Soon the building behind the Oyster Bay Railroad Preview Center at 102 Audrey Avenue (north) will be occupied. It is entered via the small parking lot next to Town Hall West, and is nestled in a courtyard-like area. It will be a second location for John Castles of Grayson Castles – John will have a studio there, where he can do his creative work.

“If you go into Grayson Castles at 15 East Main, you will see old things, and things that look old but are created by John. My daughter is an Alice in Wonderland fan and I found a large size Alice in Wonderland watch there. If he doesn’t have it, he will find it or make it for you.

“I’ll give you a dollar if you don’t see something you like,” said Walter.

“Overall, it’s really nice. It’s been a bit of a trip to see how things are turning out, especially with the different events happening. I had a blast at the Chocolate Fair’s Wine and Chocolate event at The Homestead. There were also events at the local dance studios. There were over 40 participants involved in organizing the events at different locations.”

There’s a lot new in this little old hamlet!

News

This holiday season, Oyster Bay will once again be home to unique, homemade, scrumptious confections from The Chocolate Lady, in the form of a mobile chocolate boutique set up at Buckingham Variety Store on Audrey Avenue. She arrived on Sunday and plans on staying throughout the holidays, and possibly longer.

“I have been developing this concept for the last year and a half and am excited to be coming home to Oyster Bay for this year’s holiday launch,” says Lee Perrotta, aka The Chocolate Lady, who had her shop across the street from Buckingham’s for about five years before she was forced to shut her doors on Christmas Eve in 2012 due to excessive water damage at the rental space.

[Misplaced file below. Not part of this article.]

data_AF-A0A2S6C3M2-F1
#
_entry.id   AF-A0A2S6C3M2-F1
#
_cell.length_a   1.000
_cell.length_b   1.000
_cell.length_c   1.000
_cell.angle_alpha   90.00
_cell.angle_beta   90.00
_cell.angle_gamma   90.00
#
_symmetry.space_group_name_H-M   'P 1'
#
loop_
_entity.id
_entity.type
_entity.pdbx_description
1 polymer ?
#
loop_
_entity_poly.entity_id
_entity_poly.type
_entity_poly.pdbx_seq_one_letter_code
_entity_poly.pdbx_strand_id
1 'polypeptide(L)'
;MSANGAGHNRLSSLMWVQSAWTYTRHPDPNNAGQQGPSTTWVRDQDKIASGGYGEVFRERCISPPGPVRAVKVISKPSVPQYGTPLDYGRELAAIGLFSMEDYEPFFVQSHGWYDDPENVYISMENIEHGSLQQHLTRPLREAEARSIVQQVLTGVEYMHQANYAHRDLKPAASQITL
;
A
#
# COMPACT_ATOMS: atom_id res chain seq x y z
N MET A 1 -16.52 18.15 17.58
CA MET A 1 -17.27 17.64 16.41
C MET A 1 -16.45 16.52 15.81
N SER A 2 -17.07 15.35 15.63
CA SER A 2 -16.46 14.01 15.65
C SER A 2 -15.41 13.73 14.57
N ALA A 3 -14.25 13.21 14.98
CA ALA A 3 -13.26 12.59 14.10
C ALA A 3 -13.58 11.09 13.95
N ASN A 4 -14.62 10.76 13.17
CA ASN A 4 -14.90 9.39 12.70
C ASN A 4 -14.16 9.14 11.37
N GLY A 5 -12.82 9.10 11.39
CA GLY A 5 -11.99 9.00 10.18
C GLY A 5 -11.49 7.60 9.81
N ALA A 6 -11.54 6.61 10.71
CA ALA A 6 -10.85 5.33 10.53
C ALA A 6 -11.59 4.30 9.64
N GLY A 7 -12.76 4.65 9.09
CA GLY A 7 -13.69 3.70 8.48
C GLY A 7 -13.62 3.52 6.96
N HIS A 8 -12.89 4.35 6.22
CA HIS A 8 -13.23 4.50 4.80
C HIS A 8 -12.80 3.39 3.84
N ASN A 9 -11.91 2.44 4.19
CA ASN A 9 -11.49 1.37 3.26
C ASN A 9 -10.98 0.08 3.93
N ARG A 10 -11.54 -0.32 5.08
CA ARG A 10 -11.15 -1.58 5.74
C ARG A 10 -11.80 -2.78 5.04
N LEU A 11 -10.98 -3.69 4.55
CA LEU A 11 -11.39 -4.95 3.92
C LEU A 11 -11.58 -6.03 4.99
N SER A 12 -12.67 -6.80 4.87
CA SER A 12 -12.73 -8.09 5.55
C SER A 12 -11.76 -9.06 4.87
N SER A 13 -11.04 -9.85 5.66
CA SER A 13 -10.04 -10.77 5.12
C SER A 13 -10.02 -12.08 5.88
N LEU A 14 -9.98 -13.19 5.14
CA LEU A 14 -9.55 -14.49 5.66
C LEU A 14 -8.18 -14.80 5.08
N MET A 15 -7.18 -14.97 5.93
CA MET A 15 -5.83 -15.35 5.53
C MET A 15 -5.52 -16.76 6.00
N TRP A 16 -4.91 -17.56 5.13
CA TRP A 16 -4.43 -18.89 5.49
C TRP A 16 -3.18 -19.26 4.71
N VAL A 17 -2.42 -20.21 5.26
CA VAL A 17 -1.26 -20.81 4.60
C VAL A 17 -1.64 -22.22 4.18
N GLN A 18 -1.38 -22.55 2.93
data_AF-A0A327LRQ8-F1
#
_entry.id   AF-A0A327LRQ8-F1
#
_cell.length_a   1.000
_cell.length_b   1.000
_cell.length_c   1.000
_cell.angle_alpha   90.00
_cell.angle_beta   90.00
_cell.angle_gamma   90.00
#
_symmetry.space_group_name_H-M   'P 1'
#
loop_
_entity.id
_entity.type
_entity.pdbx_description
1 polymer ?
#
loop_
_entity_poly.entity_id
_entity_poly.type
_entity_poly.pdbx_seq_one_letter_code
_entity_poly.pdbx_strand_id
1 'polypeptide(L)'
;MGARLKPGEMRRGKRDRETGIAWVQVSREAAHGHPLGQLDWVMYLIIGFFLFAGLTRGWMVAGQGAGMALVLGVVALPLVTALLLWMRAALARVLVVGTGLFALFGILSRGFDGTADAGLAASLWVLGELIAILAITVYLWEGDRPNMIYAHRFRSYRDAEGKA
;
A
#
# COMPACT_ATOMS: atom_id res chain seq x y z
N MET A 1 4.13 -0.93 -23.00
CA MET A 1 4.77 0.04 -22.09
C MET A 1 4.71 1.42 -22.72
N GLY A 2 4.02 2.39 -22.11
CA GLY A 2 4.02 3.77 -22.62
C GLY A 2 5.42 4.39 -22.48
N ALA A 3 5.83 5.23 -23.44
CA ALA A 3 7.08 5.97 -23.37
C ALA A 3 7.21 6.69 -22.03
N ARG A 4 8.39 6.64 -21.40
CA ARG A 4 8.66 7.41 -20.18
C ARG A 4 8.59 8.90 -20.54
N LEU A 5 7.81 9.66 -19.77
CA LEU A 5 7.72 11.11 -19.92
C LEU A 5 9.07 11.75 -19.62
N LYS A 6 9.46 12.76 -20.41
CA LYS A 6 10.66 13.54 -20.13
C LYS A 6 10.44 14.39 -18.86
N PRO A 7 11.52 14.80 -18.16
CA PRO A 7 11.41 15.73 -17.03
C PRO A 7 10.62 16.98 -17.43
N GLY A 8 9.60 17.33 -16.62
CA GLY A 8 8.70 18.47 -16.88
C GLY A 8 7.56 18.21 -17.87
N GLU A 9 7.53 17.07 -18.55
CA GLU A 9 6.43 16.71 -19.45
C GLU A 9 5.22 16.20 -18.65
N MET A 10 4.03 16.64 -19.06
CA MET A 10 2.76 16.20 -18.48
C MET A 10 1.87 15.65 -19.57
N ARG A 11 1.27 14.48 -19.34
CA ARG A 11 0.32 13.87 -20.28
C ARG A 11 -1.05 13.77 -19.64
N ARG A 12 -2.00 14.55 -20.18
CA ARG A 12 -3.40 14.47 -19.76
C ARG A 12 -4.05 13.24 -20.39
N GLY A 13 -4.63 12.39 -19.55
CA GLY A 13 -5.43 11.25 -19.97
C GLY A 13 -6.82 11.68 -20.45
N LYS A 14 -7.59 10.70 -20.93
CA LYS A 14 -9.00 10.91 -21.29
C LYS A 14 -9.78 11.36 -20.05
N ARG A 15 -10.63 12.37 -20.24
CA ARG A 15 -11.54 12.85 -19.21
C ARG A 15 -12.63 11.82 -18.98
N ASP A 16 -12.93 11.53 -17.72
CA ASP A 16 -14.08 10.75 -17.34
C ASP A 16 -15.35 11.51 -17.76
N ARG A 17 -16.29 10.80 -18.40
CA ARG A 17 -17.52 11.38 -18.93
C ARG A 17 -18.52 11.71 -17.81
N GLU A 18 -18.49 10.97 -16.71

The Raise The Roof Concert, held at Christ Church on Nov. 9, was an intergenerational event to benefit the Life Enrichment Center of Oyster Bay’s seniors.

Board member Suzanne Paolucci explained the center’s wish to get iPods for the seniors as a source of musical therapy. She brought the idea to the center from a talk by social worker Dan Cohen, the founder of Music & Memory. He has produced a film, Alive Inside, that tells the story of music as being restorative. Music is like therapy for the elderly, in particular for those with dementia, as it has been shown to awaken memories of happier times in life, when energy and enthusiasm were boundless.


Sports

Long Island Lutheran High School senior Samantha Horton of Oyster Bay signed a National Letter of Intent to attend Siena College and compete on the Girls Division I Lacrosse Team in the goaltender position next year. Samantha will be receiving a full athletic scholarship. Horton is pictured with her family.

On the weekend of Nov. 8, the Oyster Bay High School Boys and Girls Cross Country teams traveled to the State University of New York at Canton just a few miles from the Canadian border to compete in the New York State Cross Country Championships.

Alex Tosi became the first Bayman since Joe Jazwinski and Justin Nakrin (2008) to become All-State, placing 16th with a time of 16:53. Most runners ran about 20 seconds slower than their Bethpage times because of the muddy conditions on the course. Tosi’s time was basically equivalent to his best Bethpage time, as he powered through the toughest parts of the race. He led the Baymen to a seventh place finish in the Class C race, an improvement from their 11th place finish last year, which ties the highest place at the New York State Championships of a Baymen team since 2009.


Calendar

Annual Turkey Trot

Thursday, Nov. 27

Turkey Detox Workshop

Friday, Nov. 28

East Norwich Holiday

Sunday, Nov. 30



Columns

1959: The Year The Music Stopped Playing
Written by Michael A. Miller, mmillercolumn@gmail.com

The Eccentric Heiress Of ‘Empty Mansions’
Written by Mike Barry, MFBarry@optonline.net

Yellow Margarine And A Pitch For The Ages